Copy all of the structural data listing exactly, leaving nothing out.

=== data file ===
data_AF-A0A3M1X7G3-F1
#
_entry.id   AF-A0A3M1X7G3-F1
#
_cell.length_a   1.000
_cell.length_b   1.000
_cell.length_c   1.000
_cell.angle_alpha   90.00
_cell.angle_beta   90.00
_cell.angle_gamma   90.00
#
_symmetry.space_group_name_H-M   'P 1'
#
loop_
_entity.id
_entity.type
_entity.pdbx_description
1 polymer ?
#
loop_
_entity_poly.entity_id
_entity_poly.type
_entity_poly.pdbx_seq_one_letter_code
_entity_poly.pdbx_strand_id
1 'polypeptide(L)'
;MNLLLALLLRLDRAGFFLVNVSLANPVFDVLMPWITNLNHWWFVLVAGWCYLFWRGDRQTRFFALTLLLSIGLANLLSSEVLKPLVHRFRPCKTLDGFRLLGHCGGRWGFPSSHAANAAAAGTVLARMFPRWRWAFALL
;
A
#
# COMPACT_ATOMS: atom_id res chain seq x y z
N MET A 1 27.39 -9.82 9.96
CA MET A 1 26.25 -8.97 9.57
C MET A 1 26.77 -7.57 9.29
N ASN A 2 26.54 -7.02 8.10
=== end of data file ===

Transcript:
data_AF-A0A3M1X7G3-F1
#
_entry.id   AF-A0A3M1X7G3-F1
#
_cell.length_a   1.000
_cell.length_b   1.000
_cell.length_c   1.000
_cell.angle_alpha   90.00
_cell.angle_beta   90.00
_cell.angle_gamma   90.00
#
_symmetry.space_group_name_H-M   'P 1'
#
loop_
_entity.id
_entity.type
_entity.pdbx_description
1 polymer ?
#
loop_
_entity_poly.entity_id
_entity_poly.type
_entity_poly.pdbx_seq_one_letter_code
_entity_poly.pdbx_strand_id
1 'polypeptide(L)'
;MNLLLALLLRLDRAGFFLVNVSLANPVFDVLMPWITNLNHWWFVLVAGWCYLFWRGDRQTRFFALTLLLSIGLANLLSSEVLKPLVHRFRPCKTLDGFRLLGHCGGRWGFPSSHAANAAAAGTVLARMFPRWRWAFALL
;
A
#
# COMPACT_ATOMS: atom_id res chain seq x y z
N MET A 1 27.39 -9.82 9.96
CA MET A 1 26.25 -8.97 9.57
C MET A 1 26.77 -7.57 9.29
N ASN A 2 26.54 -7.02 8.10